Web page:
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Deloading...Is it necessary?

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  • Deloading...Is it necessary?

    It seems like a common theme that deloads are necessary periodically to dissipate fatigue. Is this always going to be the case for intermediate+ lifters? Is there such a thing as programming to continue making progress while not achieving a high enough level of fatigue to require a deload? If deloads are necessary, what is a reasonable amount of time to expect to train before a deload is necessary? Basically, if a deload is necessary too soon or too late, that would mean you are either programming too much volume/intensity or not enough volume/intensity, respecitvely. Is that right?

  • #2
    Lots of questions here that I think need to be couched a bit more carefully or thoroughly to be answerable, but I'll take a stab in it:

    1) I don't think deloads are "necessary" are just to dissipate fatigue, as they are also needed to allow subsequent adaptation to occur (that has ceased, apparently).
    2) This will always be the case always for everyone always- though this may not require a discretely programmed deload
    3) You cannot produce enough stress that drives adaptation without incurring enough stress that requires some amount of discrete recovery and adaptation period. During that period, something will be different to allow recovery and adaptation to occur (hopefully) without detraining.
    4) The time interval for "deloads" is wholly individual
    5) If it's too soon or too late it means the programming is not being altered based on response.
    Barbell Medicine "With you from bench to bedside"
    ///Website /// Instagram /// Peri™ Rx /// Whey Rx /// Barbell Medicine Podcast/// Newsletter /// Seminars ///

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    • #3
      Thanks Jordan! That helps a lot. I kind of figured that some level of deload would be required when actually making progress.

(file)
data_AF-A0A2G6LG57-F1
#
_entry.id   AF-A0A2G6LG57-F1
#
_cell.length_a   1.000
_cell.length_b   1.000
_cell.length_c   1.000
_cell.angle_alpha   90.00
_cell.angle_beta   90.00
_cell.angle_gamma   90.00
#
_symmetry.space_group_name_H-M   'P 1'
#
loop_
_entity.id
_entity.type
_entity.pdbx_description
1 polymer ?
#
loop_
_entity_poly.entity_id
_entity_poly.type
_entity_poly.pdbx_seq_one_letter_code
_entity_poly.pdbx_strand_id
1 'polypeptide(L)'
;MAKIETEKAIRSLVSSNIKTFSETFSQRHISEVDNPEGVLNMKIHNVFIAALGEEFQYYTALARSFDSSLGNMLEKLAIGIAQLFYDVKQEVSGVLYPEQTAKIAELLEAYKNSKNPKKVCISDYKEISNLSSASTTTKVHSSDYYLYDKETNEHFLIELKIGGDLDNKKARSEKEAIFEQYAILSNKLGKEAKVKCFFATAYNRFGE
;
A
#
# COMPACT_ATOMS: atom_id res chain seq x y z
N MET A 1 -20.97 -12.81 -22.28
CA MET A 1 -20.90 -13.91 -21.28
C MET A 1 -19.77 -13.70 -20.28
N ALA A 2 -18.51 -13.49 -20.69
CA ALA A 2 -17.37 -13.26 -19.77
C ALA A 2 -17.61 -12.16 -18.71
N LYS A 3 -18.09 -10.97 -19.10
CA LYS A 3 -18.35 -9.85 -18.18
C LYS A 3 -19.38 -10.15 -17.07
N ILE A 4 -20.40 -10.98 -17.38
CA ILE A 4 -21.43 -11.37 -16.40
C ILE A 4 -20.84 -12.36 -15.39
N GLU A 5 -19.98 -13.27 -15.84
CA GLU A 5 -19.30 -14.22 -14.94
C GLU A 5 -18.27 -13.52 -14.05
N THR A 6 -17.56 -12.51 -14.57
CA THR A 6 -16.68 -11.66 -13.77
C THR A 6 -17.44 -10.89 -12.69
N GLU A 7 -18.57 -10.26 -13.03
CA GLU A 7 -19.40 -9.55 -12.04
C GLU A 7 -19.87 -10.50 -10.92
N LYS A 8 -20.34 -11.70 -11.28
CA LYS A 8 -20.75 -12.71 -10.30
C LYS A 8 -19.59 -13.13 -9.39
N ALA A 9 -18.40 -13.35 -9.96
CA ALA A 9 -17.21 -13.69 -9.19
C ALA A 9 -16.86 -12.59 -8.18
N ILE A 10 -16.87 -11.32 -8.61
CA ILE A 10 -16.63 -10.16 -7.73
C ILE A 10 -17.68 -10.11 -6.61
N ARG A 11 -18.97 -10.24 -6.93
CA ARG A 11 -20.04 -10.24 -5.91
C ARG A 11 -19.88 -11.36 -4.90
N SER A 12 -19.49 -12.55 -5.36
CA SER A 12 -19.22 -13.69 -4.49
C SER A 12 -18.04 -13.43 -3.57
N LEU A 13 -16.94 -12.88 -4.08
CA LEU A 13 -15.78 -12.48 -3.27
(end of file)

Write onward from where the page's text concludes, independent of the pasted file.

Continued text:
For the too soon or too late, what I meant was the number of weeks. For instance, if you required a deload after one week, meaning your fatigue levels were so high that you were either stalling or regressing. I would assume this means you programmed way too high of a volume/intensity combination for the week before. I know that this is something that probably wouldn’t happen. But I’m trying to illustrate what I meant by the final question.

      Let’s say this was the case after 3 weeks of training. Would that be considered within the range of normal. Or would this also mean that the programming was not applied properly for the lifter’s recovery capability? This is in terms of just general strength acquisition. I’m just trying to get a better understanding of what a realistic expectation of training would be prior to reaching that “plateau”, where a deload would be required to get progress moving again. I assume that this answer also plays into adjusting that volume/intensity combination such that you don’t hit this point too soon.

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      • #4
        I have never seen someone need a deload after one week nor do I think you can assess progress or lackthereof from one week's data.

        The amount of time it takes for someone to stop adapting to a stimulus can run the gamut from 3 weeks to 3 months. It's highly variable.
        Barbell Medicine "With you from bench to bedside"
        ///Website /// Instagram /// Peri™ Rx /// Whey Rx /// Barbell Medicine Podcast/// Newsletter /// Seminars ///

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        • #5
          Thanks Jordan! I was just curious if 3 weeks prior to a deload was within the normal variation or if this suggested too aggressive programming given all other factors being equal.

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